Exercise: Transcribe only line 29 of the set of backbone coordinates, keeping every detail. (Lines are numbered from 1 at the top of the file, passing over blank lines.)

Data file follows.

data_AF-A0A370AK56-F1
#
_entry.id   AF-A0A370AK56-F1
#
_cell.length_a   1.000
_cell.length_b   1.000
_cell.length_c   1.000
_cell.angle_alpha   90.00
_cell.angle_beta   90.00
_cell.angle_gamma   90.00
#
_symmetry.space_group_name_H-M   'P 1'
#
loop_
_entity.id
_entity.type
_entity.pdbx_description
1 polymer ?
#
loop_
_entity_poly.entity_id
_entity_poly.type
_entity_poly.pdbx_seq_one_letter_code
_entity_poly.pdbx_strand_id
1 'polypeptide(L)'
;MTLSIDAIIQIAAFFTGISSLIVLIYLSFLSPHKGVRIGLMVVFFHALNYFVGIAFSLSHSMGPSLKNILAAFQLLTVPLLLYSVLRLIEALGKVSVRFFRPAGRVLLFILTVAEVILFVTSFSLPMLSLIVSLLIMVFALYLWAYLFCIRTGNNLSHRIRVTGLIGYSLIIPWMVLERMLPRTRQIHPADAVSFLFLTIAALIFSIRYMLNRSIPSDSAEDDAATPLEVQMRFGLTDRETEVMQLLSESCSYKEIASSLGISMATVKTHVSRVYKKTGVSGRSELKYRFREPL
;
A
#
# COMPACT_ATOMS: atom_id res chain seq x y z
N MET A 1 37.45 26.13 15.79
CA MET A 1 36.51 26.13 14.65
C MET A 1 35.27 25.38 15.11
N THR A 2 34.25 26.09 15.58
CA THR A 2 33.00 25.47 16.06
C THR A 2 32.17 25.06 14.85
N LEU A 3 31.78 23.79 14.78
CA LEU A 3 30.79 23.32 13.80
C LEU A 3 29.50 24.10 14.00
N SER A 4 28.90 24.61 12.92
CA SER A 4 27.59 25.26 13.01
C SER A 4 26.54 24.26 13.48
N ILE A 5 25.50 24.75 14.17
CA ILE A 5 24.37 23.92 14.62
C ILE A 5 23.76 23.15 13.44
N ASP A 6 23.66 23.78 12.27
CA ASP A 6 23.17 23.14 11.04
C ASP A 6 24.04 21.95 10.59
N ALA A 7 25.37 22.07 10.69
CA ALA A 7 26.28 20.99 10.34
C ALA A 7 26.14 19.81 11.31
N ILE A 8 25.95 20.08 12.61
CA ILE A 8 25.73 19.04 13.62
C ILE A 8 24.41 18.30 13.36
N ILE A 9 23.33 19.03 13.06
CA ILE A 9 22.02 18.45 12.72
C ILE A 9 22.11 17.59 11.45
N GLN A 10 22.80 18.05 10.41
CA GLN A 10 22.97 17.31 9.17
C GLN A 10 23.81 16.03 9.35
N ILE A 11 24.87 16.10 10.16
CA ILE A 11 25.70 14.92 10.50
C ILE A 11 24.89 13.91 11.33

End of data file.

#